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Within a Perl script I need to process the following string:

426852  total

The string will always contain an integer followed by some white space and the word total. I need to strip away the string part of the variable to just leave an integer that I can compare later in the script.

What is the best way to achieve this?

Thanks

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5  
What did you try that didn't work? –  Wooble Jul 25 '12 at 13:12
    
To be honest I'm not sure how to even approach this. My Perl scripting is dreadful. I thought I could maybe use chomp() but not sure how? –  btongeorge Jul 25 '12 at 13:15
    
Every tool you need to answer this question yourself is found in perldoc.perl.org/perlintro.html#Regular-expressions (perlintro). It's about a 45 minute read. –  DavidO Jul 26 '12 at 0:23
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closed as not a real question by Wooble, Borodin, daxim, Hynek -Pichi- Vychodil, Jason Sturges Jul 29 '12 at 1:06

It's difficult to tell what is being asked here. This question is ambiguous, vague, incomplete, overly broad, or rhetorical and cannot be reasonably answered in its current form. For help clarifying this question so that it can be reopened, visit the help center.If this question can be reworded to fit the rules in the help center, please edit the question.

5 Answers

up vote 3 down vote accepted

Since you don't need the rest, just finding leading digits is enough:

$str =~ /^(\d+)/;

^ - beginning of string, \d - digit, + - one or more. Result will be in $1, captured by ()

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If the number is at the beginning, you can just leave the string as it is. Perl can handle a number that contains something non-numerical after a number (a warning will be issued, though).

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warnings will complain though. –  Oleg V. Volkov Jul 25 '12 at 13:20
    
Will it just strip out the string and keep the integer then? This will be the easiest option I guess. I need to keep the number in the variable and then compare that to another variable extracted from a DB. –  btongeorge Jul 25 '12 at 13:20
    
@OlegV.Volkov: True, thanks. Updated. –  choroba Jul 25 '12 at 13:21
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no need for regex, split can do this for you:

my $string = '426852  total';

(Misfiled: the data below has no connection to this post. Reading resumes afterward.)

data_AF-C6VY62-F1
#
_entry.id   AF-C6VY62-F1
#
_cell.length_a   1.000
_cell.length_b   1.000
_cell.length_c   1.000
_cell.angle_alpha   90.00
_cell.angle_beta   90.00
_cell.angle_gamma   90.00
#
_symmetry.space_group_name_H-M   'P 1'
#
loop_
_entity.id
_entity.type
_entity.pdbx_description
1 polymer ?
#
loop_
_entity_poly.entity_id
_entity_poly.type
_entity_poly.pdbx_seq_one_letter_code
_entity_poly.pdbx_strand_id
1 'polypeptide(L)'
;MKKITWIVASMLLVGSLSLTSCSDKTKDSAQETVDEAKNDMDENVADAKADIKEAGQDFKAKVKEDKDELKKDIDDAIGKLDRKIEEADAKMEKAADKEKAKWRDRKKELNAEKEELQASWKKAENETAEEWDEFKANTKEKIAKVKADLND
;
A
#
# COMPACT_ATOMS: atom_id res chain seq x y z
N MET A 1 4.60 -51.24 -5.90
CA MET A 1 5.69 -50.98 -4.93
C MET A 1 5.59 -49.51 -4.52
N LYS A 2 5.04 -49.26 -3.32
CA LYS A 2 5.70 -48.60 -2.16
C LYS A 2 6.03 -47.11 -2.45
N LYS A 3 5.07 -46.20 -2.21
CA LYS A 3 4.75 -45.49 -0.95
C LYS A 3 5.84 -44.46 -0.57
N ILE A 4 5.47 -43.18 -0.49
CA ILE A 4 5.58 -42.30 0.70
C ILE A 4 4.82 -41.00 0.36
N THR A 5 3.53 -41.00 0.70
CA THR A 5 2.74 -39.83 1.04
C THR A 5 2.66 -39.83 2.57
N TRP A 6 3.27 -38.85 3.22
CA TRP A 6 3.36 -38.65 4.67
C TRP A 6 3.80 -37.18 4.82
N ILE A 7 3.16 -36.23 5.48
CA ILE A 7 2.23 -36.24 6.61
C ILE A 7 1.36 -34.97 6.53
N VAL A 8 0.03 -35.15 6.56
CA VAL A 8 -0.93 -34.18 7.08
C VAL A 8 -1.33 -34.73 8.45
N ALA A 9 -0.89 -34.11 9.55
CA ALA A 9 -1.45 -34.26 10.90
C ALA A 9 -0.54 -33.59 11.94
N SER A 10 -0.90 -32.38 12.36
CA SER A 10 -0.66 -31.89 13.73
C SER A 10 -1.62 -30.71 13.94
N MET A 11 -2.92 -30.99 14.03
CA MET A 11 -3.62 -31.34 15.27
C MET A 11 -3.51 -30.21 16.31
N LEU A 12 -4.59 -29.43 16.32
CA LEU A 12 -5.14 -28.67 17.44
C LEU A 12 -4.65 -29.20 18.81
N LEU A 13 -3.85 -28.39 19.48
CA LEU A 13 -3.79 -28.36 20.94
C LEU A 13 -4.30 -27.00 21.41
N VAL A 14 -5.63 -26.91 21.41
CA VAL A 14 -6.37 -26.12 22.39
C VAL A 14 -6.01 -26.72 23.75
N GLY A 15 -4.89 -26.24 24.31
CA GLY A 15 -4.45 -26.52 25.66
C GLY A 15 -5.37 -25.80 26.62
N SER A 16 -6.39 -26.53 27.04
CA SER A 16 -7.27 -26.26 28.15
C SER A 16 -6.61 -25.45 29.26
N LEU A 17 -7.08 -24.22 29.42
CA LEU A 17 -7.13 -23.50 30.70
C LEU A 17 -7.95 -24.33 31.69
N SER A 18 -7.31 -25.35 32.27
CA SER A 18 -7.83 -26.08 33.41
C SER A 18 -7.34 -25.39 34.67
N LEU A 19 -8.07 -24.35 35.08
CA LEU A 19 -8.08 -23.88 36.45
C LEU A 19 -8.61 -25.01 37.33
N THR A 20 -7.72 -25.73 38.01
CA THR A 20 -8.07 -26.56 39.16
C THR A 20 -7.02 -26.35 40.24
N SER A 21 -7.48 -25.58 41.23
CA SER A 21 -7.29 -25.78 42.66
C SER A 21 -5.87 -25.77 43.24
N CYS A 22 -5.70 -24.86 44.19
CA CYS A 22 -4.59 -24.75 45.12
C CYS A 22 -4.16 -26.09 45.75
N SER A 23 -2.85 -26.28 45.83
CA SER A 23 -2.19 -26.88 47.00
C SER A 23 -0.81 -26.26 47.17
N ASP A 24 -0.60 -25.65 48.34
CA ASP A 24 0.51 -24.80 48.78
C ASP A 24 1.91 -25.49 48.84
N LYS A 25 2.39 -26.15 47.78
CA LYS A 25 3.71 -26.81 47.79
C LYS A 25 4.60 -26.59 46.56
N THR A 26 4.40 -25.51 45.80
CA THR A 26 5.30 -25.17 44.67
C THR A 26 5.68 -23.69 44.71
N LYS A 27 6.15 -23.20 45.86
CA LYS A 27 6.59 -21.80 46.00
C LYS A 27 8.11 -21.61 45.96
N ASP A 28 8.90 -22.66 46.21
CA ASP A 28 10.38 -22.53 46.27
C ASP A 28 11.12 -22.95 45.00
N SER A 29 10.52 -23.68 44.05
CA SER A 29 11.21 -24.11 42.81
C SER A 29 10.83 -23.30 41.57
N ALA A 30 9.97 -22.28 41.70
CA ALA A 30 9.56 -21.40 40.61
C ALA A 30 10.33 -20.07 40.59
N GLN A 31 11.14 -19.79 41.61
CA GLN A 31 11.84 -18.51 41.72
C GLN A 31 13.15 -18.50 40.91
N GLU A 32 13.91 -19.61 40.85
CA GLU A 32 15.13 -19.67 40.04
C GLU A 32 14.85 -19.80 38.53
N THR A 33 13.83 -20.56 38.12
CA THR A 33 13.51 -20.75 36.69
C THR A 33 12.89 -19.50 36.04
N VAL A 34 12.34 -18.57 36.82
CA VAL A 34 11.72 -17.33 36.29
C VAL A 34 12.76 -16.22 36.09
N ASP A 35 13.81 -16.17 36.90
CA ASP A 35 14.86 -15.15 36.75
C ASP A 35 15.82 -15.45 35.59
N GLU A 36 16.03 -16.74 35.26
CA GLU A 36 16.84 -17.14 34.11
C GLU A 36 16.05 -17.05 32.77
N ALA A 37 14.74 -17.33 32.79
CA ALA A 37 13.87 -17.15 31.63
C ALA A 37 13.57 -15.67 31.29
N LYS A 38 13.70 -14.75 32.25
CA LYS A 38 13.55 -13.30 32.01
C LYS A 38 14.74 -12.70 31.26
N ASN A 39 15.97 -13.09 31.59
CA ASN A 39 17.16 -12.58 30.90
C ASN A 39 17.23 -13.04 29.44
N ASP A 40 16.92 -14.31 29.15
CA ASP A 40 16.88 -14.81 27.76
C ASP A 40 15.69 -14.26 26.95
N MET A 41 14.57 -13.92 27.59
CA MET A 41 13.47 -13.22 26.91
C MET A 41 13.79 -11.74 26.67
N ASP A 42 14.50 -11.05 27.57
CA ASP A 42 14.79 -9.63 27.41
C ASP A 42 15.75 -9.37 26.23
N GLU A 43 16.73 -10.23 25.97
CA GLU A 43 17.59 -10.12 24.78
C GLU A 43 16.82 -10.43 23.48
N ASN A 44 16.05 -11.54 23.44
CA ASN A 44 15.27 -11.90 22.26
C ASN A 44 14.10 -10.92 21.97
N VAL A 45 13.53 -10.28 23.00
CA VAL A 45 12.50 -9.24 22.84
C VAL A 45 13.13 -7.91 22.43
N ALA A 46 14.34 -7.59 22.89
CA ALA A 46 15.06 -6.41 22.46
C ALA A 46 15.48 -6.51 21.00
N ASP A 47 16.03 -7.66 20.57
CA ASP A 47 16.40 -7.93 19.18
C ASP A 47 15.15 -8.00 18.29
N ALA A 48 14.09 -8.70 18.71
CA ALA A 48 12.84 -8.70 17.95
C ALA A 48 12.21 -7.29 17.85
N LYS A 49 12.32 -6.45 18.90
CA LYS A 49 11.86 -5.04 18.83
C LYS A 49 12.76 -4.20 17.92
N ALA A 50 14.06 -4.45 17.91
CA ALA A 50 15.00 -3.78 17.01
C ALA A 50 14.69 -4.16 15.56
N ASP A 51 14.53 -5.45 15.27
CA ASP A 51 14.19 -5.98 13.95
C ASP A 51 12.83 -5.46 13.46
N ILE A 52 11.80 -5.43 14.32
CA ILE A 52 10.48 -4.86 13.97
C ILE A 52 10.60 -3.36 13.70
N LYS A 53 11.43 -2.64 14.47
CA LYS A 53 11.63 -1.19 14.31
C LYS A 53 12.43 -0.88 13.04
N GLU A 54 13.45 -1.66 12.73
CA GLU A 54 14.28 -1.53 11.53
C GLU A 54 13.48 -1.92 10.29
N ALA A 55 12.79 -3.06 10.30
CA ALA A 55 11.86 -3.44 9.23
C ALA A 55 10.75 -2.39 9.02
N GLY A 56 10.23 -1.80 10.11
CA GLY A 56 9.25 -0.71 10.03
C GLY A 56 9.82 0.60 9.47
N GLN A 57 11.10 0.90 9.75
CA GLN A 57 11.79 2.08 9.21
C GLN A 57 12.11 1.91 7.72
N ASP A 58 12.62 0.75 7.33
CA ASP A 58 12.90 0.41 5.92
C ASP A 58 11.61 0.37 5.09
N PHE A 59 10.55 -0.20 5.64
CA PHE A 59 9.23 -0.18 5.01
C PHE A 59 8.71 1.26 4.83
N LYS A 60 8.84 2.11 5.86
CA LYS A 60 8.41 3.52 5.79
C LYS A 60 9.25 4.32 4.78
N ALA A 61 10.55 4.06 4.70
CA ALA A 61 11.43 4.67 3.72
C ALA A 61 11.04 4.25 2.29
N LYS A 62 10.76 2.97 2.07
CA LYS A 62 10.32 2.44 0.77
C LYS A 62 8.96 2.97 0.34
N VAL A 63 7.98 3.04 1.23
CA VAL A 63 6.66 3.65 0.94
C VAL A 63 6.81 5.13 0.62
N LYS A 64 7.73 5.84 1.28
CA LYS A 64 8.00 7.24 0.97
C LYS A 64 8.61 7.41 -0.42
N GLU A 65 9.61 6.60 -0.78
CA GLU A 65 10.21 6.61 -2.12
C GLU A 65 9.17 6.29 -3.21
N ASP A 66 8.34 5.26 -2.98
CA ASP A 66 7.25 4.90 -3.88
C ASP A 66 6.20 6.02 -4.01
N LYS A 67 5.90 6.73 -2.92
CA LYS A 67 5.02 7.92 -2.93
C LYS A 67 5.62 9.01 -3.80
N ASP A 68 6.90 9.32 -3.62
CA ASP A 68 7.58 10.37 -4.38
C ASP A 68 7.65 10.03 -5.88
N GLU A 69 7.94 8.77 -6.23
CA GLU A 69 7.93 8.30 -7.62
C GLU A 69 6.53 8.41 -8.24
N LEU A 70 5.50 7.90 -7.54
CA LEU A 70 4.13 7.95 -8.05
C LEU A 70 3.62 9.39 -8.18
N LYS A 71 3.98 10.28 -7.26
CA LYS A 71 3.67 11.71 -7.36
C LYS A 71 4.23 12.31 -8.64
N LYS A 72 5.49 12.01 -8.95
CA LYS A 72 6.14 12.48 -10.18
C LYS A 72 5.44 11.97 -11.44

my $number = (split " ", $string)[0];
say $number;
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Just use a regular expression like this:

$string =~ /^(\d+)\s+\w+/;
$num = $1;
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Thanks, I have done some work with regex but am by no means competent, could you explain that regex please? –  btongeorge Jul 25 '12 at 13:16
    
The \d+ captures the initial numeric chunk, \s+ gobbles all the whitespace that follows, while the \w+ gobbles the entire word that follows the white-space. You need to use the numeric chunk later, so you use parentheses to save it into Perl's memory (the $1,$2 variables), and then assign $1 to another variable $num which you can use later. The reason being that $1 is transient, it's value may change with further successful match, so you should not rely on it. –  Cupidvogel Jul 25 '12 at 13:19
    
Too complicated. You don't need the \s+\w+ at the end of the regex. And there's a potential bug. If the regex doesn't match, then what will $1 contain (maybe not undef). Always check the match has succeeded before copying $1. –  Dave Cross Jul 25 '12 at 13:58
    
Well, he himself said that the string under test will always contain a number, followed by some whitespace, followed by a word, that's why I didn't bother checking. If he is unsure, of course it will require checking. –  Cupidvogel Jul 25 '12 at 14:34
    
No data is always the way the user describes :-) –  Dave Cross Jul 25 '12 at 15:39
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my @numbers = map { (split " ", $_)[0] } <DATA>;

print join "\n", @numbers;

__DATA__
126852  total
426852  total
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Please excuse me, but what does this do? –  btongeorge Jul 25 '12 at 16:58
    
The __DATA__ is a means of including to-be-used data in the source code for experimenting purpose. When you use this, you can just use <DATA> just like a normal filehandle <file>, and it will give you each line after the __DATA__ marker in turn. –  Cupidvogel Jul 25 '12 at 17:21
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